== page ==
From 20 November to 1 December 2006, the Special Rapporteur on adequate housing as a component of the right to an adequate standard of living, Miloon Kothari, conducted a mission to Spain to examine the status of realization of the right to adequate housing, paying particular attention to aspects of gender equality and nondiscrimination.
During the course of the mission, the Special Rapporteur visited Madrid, Bilbao, San Sebastian, Almeria, El Ejido, Roquetas de Mar, Seville, Barcelona and Zaragoza. Throughout his visit, the Special Rapporteur met with high level representatives from the State, autonomous regions and local authorities. He also met with a large number of representatives of civil society, including social movements, non-governmental organizations, academics, independent human right investigators, women’s groups and representatives of minorities, and received testimonies from people directly affected by the shortcomings in the implementation of the human right to adequate housing.
On the last day of his mission, the Special Rapporteur shared his preliminary observations with the Central authorities. The Special Rapporteur acknowledged the efforts that have been made by the Spanish authorities at all levels to address issues related to the realization of the right to adequate housing. He welcomed the creation of a Ministry of housing at State level and the subsequent efforts deployed by this Ministry to ensure decentralized responsibilities for housing and land within different levels of government. He also welcomed a number of positive developments on housing and land policies at regional and local levels, such as those in the Basque and Catalan regions.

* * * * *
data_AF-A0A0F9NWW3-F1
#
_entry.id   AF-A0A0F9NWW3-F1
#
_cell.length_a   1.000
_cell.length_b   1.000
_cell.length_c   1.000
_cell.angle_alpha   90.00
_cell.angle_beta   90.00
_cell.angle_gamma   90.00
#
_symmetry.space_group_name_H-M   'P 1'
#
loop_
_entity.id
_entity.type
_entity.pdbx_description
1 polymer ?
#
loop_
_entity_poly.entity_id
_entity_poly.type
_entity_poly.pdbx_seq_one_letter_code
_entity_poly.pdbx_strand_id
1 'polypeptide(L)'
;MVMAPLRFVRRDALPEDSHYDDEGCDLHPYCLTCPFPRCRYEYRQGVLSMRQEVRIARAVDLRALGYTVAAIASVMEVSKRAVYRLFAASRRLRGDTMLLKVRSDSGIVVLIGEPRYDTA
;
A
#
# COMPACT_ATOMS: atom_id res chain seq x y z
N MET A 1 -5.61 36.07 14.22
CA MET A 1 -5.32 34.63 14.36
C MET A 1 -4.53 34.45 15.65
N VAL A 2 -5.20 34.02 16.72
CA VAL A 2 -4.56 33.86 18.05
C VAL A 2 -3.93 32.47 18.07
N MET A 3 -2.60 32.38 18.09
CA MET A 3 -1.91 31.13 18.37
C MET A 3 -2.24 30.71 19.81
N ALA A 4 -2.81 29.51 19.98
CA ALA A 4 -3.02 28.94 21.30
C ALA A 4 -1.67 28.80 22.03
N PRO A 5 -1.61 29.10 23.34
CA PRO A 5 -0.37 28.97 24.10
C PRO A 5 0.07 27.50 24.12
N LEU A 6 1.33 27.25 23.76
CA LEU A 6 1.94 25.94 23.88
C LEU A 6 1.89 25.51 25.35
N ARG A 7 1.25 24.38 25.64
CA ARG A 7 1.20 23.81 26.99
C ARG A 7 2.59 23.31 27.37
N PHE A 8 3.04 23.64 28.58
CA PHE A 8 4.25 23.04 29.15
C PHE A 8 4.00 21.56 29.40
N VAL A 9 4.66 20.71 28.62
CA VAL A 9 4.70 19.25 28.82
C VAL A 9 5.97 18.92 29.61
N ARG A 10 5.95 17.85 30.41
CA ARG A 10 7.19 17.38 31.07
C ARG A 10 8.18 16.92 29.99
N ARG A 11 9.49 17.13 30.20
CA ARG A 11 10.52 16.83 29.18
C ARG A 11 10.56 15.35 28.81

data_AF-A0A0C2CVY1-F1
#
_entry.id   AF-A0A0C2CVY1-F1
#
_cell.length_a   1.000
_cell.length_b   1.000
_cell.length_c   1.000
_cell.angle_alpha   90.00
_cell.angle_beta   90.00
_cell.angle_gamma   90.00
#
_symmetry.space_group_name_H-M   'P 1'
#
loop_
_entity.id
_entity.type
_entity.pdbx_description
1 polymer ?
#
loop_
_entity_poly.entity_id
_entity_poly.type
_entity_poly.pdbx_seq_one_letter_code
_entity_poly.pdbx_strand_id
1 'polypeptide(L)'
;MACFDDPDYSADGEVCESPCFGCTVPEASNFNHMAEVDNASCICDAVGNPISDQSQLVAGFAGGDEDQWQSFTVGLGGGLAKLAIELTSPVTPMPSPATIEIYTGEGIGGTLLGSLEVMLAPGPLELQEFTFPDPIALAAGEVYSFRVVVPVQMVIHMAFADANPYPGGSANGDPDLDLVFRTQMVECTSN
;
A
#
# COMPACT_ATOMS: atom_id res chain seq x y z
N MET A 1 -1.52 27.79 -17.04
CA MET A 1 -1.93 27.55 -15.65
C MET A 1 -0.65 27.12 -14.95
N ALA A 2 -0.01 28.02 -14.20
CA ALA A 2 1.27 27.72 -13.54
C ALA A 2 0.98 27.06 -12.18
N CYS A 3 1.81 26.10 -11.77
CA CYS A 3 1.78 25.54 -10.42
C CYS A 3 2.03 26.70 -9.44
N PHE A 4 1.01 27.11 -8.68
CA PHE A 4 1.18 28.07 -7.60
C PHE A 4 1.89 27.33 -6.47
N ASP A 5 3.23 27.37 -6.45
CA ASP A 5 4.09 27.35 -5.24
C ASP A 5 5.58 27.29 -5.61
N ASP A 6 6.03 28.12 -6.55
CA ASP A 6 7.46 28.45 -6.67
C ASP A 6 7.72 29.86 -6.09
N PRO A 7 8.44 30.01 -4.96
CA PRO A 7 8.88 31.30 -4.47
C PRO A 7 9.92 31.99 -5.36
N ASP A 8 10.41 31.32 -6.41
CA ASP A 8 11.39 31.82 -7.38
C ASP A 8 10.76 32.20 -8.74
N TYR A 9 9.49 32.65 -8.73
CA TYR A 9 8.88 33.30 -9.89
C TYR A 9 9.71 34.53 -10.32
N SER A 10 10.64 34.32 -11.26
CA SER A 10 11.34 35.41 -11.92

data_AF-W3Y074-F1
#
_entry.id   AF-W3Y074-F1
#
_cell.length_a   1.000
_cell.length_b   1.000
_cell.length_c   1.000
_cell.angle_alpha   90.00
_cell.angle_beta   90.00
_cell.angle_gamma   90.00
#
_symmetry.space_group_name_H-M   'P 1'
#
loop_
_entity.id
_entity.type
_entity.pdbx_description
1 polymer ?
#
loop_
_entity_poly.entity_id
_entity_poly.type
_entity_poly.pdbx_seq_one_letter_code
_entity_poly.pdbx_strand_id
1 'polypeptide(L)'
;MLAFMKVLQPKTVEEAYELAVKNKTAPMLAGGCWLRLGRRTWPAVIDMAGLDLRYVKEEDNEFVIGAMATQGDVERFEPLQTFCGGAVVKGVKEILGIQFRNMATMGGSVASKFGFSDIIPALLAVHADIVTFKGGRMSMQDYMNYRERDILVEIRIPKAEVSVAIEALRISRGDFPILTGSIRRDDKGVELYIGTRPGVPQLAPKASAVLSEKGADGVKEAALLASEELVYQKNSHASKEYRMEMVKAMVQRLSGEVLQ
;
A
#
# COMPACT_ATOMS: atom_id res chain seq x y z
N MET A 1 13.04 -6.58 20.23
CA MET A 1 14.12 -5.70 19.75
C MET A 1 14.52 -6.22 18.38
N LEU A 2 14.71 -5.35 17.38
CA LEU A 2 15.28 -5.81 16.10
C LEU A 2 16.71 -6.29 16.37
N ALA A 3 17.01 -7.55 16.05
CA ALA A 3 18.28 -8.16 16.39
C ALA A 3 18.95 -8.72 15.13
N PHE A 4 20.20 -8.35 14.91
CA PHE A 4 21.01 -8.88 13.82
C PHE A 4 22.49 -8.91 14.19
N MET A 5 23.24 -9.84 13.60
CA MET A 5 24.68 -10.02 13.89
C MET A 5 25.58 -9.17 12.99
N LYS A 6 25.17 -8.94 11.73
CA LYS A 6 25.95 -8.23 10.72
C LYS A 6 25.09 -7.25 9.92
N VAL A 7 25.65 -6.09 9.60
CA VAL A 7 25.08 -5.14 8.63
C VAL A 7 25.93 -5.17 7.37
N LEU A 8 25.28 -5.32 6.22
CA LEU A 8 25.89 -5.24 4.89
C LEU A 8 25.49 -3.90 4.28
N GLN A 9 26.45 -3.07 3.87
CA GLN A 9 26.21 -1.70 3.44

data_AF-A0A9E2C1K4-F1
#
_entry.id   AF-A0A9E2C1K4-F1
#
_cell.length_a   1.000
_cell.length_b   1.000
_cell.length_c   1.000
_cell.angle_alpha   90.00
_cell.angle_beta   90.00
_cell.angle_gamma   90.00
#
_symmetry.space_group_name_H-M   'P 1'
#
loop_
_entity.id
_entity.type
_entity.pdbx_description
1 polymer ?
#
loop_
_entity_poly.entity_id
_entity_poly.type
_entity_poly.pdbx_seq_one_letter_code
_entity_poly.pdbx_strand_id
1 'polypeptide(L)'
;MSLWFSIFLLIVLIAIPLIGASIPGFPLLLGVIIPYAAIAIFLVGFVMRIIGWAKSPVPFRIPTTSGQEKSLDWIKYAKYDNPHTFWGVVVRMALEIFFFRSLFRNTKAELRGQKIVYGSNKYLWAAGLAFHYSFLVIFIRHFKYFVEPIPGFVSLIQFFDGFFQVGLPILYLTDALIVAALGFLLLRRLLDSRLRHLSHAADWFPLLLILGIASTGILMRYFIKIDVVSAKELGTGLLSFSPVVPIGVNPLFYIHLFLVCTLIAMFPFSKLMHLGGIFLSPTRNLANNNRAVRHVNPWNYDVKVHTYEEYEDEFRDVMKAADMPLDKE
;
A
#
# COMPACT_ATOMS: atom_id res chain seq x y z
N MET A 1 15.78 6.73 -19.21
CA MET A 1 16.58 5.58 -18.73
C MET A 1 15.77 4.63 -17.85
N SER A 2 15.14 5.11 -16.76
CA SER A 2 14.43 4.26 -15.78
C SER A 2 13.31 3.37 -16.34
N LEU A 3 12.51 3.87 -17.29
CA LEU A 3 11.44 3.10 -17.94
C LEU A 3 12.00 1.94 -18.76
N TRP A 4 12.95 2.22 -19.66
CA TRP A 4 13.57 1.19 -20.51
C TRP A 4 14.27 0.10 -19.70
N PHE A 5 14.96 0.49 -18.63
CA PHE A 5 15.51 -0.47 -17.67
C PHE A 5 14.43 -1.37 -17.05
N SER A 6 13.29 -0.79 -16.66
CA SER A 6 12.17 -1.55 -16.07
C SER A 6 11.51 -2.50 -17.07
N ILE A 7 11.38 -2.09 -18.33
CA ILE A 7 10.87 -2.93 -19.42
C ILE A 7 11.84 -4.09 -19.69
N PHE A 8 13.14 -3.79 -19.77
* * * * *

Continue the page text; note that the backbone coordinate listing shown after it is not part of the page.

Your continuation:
The Special Rapporteur noted with satisfaction that Spain has legal provisions to protect the right to adequate housing, in particular the constitutional provisions recognizing the right to adequate housing. Article 47 of the Spanish Constitution states: "All Spaniards have the right to enjoy decent and adequate housing. The public authorities shall promote the necessary conditions and establish appropriate standards in order to make this right effective, regulating land use in accordance with the general interest in order to prevent speculation. The community shall have a share in the benefits accruing from the town-planning policies of public bodies". The Special Rapporteur also welcomed progress made in developing and submitting draft legislations with regard to the implementation of the right to adequate housing and land. Nevertheless, he considered that these legislations and policies might prove ineffective as long as speculation continues to drive urban policies and planning and as long as public policy does not address the consequences of a totally unregulated market.
At the end of his mission, the Special Rapporteur has come to the conclusion that Spain is facing a housing crisis due to several factors.
Whether in terms of renting or purchasing houses, affordability is a major problem faced by a vast number of people living in Spain. The Special Rapporteur notes that a large proportion of people is paying a high percentage of their income on mortgages. The Special Rapporteur received a number of testimonies from persons that are defaulting their payments because of the increases. The situation does not seem to be sustainable in the long-term, and the Special Rapporteur fears that more people will experience payment problems in the future, affecting their right to adequate housing.
Spain seriously lacks public housing. The current housing programmes do not address the n